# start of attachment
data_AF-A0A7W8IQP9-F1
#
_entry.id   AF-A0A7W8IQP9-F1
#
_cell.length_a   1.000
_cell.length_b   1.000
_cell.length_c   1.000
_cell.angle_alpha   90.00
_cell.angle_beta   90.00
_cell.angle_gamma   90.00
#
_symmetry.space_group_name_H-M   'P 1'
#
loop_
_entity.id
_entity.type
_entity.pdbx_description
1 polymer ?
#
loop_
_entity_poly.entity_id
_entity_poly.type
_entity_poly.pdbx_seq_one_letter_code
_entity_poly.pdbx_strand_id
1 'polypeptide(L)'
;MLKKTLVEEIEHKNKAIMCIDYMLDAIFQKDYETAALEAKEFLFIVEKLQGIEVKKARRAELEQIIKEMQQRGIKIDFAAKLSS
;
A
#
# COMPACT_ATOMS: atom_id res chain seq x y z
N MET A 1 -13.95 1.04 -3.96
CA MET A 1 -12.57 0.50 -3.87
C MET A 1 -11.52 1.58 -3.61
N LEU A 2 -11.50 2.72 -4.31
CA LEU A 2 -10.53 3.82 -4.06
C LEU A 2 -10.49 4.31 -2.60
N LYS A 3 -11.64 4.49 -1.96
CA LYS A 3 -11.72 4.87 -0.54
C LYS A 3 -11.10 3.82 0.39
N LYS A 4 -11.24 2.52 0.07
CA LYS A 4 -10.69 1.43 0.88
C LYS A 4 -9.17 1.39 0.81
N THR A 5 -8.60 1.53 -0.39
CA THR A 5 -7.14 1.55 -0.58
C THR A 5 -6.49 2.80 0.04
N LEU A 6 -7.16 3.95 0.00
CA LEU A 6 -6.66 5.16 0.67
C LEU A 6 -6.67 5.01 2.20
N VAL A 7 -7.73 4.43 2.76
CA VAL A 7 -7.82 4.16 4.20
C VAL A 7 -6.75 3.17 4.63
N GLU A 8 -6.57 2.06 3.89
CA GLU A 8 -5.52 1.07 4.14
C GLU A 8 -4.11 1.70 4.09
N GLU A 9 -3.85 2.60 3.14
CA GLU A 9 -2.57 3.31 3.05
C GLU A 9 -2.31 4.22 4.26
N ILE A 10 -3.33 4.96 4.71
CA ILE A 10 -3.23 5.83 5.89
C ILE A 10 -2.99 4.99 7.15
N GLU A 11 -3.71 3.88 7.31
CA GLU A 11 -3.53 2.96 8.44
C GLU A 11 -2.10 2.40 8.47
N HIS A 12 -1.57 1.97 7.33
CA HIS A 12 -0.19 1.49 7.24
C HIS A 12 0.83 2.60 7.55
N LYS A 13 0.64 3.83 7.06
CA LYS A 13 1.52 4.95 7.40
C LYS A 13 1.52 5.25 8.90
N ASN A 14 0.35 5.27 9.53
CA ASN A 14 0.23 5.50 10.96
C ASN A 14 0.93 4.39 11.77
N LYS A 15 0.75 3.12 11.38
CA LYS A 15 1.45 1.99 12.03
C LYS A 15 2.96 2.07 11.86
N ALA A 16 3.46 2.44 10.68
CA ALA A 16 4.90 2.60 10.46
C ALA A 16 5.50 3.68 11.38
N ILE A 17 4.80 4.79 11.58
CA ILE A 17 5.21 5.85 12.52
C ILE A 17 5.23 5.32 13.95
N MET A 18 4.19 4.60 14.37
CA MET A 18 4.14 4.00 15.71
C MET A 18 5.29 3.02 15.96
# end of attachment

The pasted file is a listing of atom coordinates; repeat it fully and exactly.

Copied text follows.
data_AF-A0A7W8IQP9-F1
#
_entry.id   AF-A0A7W8IQP9-F1
#
_cell.length_a   1.000
_cell.length_b   1.000
_cell.length_c   1.000
_cell.angle_alpha   90.00
_cell.angle_beta   90.00
_cell.angle_gamma   90.00
#
_symmetry.space_group_name_H-M   'P 1'
#
loop_
_entity.id
_entity.type
_entity.pdbx_description
1 polymer ?
#
loop_
_entity_poly.entity_id
_entity_poly.type
_entity_poly.pdbx_seq_one_letter_code
_entity_poly.pdbx_strand_id
1 'polypeptide(L)'
;MLKKTLVEEIEHKNKAIMCIDYMLDAIFQKDYETAALEAKEFLFIVEKLQGIEVKKARRAELEQIIKEMQQRGIKIDFAAKLSS
;
A
#
# COMPACT_ATOMS: atom_id res chain seq x y z
N MET A 1 -13.95 1.04 -3.96
CA MET A 1 -12.57 0.50 -3.87
C MET A 1 -11.52 1.58 -3.61
N LEU A 2 -11.50 2.72 -4.31
CA LEU A 2 -10.53 3.82 -4.06
C LEU A 2 -10.49 4.31 -2.60
N LYS A 3 -11.64 4.49 -1.96
CA LYS A 3 -11.72 4.87 -0.54
C LYS A 3 -11.10 3.82 0.39
N LYS A 4 -11.24 2.52 0.07
CA LYS A 4 -10.69 1.43 0.88
C LYS A 4 -9.17 1.39 0.81
N THR A 5 -8.60 1.53 -0.39
CA THR A 5 -7.14 1.55 -0.58
C THR A 5 -6.49 2.80 0.04
N LEU A 6 -7.16 3.95 0.00
CA LEU A 6 -6.66 5.16 0.67
C LEU A 6 -6.67 5.01 2.20
N VAL A 7 -7.73 4.43 2.76
CA VAL A 7 -7.82 4.16 4.20
C VAL A 7 -6.75 3.17 4.63
N GLU A 8 -6.57 2.06 3.89
CA GLU A 8 -5.52 1.07 4.14
C GLU A 8 -4.11 1.70 4.09
N GLU A 9 -3.85 2.60 3.14
CA GLU A 9 -2.57 3.31 3.05
C GLU A 9 -2.31 4.22 4.26
N ILE A 10 -3.33 4.96 4.71
CA ILE A 10 -3.23 5.83 5.89
C ILE A 10 -2.99 4.99 7.15
N GLU A 11 -3.71 3.88 7.31
CA GLU A 11 -3.53 2.96 8.44
C GLU A 11 -2.10 2.40 8.47
N HIS A 12 -1.57 1.97 7.33
CA HIS A 12 -0.19 1.49 7.24
C HIS A 12 0.83 2.60 7.55
N LYS A 13 0.64 3.83 7.06
CA LYS A 13 1.52 4.95 7.40
C LYS A 13 1.52 5.25 8.90
N ASN A 14 0.35 5.27 9.53
CA ASN A 14 0.23 5.50 10.96
C ASN A 14 0.93 4.39 11.77
N LYS A 15 0.75 3.12 11.38
CA LYS A 15 1.45 1.99 12.03
C LYS A 15 2.96 2.07 11.86
N ALA A 16 3.46 2.44 10.68
CA ALA A 16 4.90 2.60 10.46
C ALA A 16 5.50 3.68 11.38
N ILE A 17 4.80 4.79 11.58
CA ILE A 17 5.21 5.85 12.52
C ILE A 17 5.23 5.32 13.95
N MET A 18 4.19 4.60 14.37
CA MET A 18 4.14 4.00 15.71
C MET A 18 5.29 3.02 15.96